Malawi Government has rejected most of the demands which Consumers Association of Malawi (Cama) presented to it during demonstrations held in the country’s major cities on January 17.
Consequently, Cama Executive Director Director John Kapito says his organisation is contemplating the next course of action.
He spoke in an interview yesterday two days after the government had called for a meeting to address their concerns.
Kapito said he was disappointed that the government rejected to either manage or abolish the floatation of the kwacha; to effect a general salary hike to cushion workers from the current economic hardships; for the president to declare her assets which could be used as a basis for checking corruption, to reduce the cabinet and to trim the number of Principal Secretaries in government ministries.
He said the government’s acceptance to reduce the presidential convoy and sell ministerial Mercedes Benz, and eradicating corruption in the government is way below what they expected.
“Of course we did not expect to get 100 percent of what we wanted, but at least half way or the government being able to understand some of the challenges Malawians are facing and move with us by suggesting what they could do in order to mitigate the challenges people are experiencing.”
“If it is not abandoning or managing floatation of the kwacha, what is it that they are doing to workers salaries? But they rejected both. Now saying no to both has left us with no option but take the next course of action,” Kapito said.
He further said Cama would again engage the government shortly on the same floatation and declaration of assets, while seeking views from consumers on the next course of action.
“We would like to see that we have given them [the government] enough ammunition and ropes to hang themselves before we commit ourselves to the next course of action,” he said.
He said they originally planned vigil at the Sanjika Palace to force the government to address their concerns has not yet been ruled out, saying it remains one of the alternatives consumers may go for should there be no change of heart on their concerns.
But while confirming the rejection of some of the concerns raised in the petition to the displeasure of the representatives of the consumers, Kunkuyu described the meeting as fruitful.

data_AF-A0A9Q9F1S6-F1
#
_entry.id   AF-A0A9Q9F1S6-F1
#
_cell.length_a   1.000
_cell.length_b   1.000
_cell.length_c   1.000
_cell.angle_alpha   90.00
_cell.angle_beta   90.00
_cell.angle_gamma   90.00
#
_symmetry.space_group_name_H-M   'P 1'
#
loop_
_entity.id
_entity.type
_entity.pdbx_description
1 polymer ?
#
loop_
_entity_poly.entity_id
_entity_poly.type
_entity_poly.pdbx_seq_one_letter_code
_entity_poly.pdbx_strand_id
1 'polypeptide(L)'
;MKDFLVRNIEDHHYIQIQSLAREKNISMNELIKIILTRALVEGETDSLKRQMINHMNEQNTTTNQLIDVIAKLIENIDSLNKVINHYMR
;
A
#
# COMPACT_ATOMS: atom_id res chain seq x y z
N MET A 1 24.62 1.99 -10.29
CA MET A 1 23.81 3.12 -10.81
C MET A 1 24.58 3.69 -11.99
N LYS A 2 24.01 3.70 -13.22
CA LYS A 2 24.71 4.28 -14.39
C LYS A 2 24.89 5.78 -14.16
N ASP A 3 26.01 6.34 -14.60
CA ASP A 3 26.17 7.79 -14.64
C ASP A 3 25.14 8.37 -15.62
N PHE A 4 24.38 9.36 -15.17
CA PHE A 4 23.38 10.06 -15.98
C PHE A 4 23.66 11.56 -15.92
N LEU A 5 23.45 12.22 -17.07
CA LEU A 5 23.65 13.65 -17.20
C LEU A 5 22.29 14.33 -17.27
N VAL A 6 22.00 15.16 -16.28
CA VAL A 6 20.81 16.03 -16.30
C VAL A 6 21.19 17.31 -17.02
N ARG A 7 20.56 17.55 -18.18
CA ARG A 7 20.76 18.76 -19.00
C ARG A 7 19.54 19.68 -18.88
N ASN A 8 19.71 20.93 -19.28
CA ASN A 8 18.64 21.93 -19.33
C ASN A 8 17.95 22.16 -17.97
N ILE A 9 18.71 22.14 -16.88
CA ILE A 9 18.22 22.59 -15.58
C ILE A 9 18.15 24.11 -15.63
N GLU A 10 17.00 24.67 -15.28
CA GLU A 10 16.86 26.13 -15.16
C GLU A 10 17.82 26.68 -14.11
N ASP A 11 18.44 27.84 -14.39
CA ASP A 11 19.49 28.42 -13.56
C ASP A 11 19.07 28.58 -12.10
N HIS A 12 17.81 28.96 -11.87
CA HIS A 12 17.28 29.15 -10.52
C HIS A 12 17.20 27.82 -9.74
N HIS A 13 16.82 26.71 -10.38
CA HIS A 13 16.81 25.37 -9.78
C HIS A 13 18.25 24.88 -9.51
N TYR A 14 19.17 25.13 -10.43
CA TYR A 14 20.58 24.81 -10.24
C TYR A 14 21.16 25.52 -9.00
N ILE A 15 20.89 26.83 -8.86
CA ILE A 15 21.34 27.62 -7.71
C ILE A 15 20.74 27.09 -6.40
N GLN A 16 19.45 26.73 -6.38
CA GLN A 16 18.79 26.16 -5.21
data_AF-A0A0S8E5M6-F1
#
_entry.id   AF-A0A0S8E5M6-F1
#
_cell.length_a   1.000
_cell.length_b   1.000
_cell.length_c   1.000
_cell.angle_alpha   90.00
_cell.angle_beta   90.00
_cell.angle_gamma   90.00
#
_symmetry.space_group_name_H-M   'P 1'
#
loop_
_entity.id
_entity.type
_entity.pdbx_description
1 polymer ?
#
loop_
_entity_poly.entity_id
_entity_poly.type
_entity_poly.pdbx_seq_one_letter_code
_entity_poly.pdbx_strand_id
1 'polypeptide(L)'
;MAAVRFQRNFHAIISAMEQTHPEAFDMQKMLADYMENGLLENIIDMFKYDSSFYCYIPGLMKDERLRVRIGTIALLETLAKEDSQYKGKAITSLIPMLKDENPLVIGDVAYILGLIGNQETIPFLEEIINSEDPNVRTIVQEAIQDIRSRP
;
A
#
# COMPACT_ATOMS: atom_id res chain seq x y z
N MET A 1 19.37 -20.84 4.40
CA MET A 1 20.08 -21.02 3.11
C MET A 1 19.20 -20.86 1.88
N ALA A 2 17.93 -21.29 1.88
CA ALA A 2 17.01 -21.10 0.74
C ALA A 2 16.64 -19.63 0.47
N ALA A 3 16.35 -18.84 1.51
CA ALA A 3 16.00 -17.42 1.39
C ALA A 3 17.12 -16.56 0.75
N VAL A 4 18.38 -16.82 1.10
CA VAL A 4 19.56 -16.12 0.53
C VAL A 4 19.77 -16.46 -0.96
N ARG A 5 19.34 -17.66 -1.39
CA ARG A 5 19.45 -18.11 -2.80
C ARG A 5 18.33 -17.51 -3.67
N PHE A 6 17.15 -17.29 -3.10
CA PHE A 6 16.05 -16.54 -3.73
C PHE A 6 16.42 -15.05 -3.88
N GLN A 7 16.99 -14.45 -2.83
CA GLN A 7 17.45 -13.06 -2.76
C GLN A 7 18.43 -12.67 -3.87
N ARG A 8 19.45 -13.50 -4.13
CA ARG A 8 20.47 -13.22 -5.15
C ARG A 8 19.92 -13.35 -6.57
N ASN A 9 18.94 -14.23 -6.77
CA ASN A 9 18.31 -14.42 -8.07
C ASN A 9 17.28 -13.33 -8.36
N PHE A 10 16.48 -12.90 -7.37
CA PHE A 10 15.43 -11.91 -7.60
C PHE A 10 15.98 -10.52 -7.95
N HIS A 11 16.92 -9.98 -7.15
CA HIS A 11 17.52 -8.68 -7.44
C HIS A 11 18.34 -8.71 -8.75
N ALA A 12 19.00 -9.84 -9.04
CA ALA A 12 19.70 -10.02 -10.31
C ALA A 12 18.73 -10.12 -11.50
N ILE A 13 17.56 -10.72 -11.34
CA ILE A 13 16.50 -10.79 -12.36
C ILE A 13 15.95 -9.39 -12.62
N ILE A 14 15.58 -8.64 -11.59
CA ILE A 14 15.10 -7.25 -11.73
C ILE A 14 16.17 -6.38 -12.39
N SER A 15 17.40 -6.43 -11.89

“We had a fruitful meeting and it was cordial. On some issues, we agreed and on others they understood us, though they did not agree with us. For example, on the issue of corruption they agreed with us we need to work together to solve the problem because there cannot be a one day solution,” said Kunkuyu.
He further said much as Cama did not agree with the government over the floatation of the kwacha and other issues, the government believes that the floatation is necessary to ensure the economy is back on track.
“The aim of the floatation is to realign the parallel market with the formal market. This measure is just temporary and once the situation stabilises perhaps government will be able to stop the floatation of the kwacha,” he said.
But in what could be described as a concession from the government that its economic policies are hitting Malawians hard, Minister of Finance Ken Lipenga in his mid-year budget review statement said many of the economic decisions are “painful and unpopular”.
“Mr. Speaker, Sir, in order to correct the past mistakes and put the economy on a sustainable path to recovery, tough policy decisions – many of them painful and unpopular – had to be made.
“Mr. Speaker, Sir, I will be the first to admit that the [economic] challenges we face are real,” Lipenga told Parliament on Friday.
Cama organised and held peaceful demonstrations on January 17 this year against the government over its economic policies which it says are hurting the consumer each passing day.
The body, thereafter, issued a seven-point petition to the government, giving a deadline of February 15 to respond to the petition. The government honoured the ultimatum and called Cama to a meeting last Friday.
At the meeting, the government was represented by Minister of Economic Planning and Development Goodall Gondwe, Deputy Minister of Finance Ralph Jooma, Minister of Information and Civic Education Moses Kunkuyu, Minister of Justice Ralph Kasambara, Minister of Tourism Rachel Zulu and Deputy Minister of Health Halima Daudi.
Consumers, on the other hand, were represented by Kapito, activists Jessie Kabwila, Hebrews Misomali and Isaac Chirwa.